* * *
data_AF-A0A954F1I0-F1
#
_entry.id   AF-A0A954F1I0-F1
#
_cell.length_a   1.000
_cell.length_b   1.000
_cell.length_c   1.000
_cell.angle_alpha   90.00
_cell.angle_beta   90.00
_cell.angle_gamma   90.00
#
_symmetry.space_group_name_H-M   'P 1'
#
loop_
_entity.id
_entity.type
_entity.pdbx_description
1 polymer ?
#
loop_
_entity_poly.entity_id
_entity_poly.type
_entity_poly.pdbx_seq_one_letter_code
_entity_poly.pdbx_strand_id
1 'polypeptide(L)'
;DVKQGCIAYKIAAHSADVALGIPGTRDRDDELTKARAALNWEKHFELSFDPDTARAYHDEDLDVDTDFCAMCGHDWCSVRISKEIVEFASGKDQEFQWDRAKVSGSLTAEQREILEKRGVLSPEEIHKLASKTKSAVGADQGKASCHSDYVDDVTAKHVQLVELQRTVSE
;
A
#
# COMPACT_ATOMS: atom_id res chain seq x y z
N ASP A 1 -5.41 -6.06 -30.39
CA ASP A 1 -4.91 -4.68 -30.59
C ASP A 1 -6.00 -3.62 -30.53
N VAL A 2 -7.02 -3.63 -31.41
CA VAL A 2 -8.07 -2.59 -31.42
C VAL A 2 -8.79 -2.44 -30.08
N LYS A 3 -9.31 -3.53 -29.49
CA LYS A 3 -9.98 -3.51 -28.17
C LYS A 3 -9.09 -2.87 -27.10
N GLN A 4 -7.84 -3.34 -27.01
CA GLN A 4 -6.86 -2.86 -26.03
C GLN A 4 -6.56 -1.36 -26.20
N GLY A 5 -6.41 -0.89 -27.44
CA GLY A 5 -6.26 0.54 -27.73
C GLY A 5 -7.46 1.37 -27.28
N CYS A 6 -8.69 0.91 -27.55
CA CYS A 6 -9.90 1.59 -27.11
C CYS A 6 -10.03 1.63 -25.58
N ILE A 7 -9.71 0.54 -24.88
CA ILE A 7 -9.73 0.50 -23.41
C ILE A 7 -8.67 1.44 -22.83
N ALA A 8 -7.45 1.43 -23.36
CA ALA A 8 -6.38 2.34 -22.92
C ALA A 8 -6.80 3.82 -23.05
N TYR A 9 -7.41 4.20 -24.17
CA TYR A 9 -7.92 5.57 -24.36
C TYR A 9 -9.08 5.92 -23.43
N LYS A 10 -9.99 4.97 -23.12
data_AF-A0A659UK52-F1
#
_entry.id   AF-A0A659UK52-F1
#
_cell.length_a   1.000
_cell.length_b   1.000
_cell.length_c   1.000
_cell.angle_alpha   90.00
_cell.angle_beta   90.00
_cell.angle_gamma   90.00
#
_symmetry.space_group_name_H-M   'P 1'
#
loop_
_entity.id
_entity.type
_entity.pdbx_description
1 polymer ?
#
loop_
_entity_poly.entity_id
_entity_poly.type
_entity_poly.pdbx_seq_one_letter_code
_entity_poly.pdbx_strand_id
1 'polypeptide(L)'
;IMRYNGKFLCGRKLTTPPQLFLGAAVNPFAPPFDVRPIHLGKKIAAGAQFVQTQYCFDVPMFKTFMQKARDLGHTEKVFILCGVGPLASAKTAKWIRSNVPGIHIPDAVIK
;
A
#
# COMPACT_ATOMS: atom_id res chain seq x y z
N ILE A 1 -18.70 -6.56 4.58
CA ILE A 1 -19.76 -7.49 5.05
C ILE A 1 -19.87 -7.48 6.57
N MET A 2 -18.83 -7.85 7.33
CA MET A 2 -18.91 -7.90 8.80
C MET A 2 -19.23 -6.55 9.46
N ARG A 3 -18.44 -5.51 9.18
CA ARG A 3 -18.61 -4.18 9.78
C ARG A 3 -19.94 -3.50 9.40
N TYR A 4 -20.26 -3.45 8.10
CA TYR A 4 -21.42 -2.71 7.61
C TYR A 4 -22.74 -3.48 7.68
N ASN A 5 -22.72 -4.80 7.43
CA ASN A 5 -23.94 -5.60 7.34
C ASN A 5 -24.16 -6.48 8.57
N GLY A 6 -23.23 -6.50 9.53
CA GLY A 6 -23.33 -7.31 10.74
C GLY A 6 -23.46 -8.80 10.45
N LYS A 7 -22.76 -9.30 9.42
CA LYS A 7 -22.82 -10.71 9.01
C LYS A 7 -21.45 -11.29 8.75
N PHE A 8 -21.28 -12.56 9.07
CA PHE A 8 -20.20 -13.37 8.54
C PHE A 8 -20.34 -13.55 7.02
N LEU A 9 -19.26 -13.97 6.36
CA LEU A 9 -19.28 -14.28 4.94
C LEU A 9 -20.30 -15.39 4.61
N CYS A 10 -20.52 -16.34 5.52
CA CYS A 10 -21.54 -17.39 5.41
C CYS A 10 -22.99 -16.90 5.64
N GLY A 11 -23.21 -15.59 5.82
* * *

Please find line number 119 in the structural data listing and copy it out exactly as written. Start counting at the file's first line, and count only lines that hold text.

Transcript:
N GLY A 11 -23.21 -15.59 5.82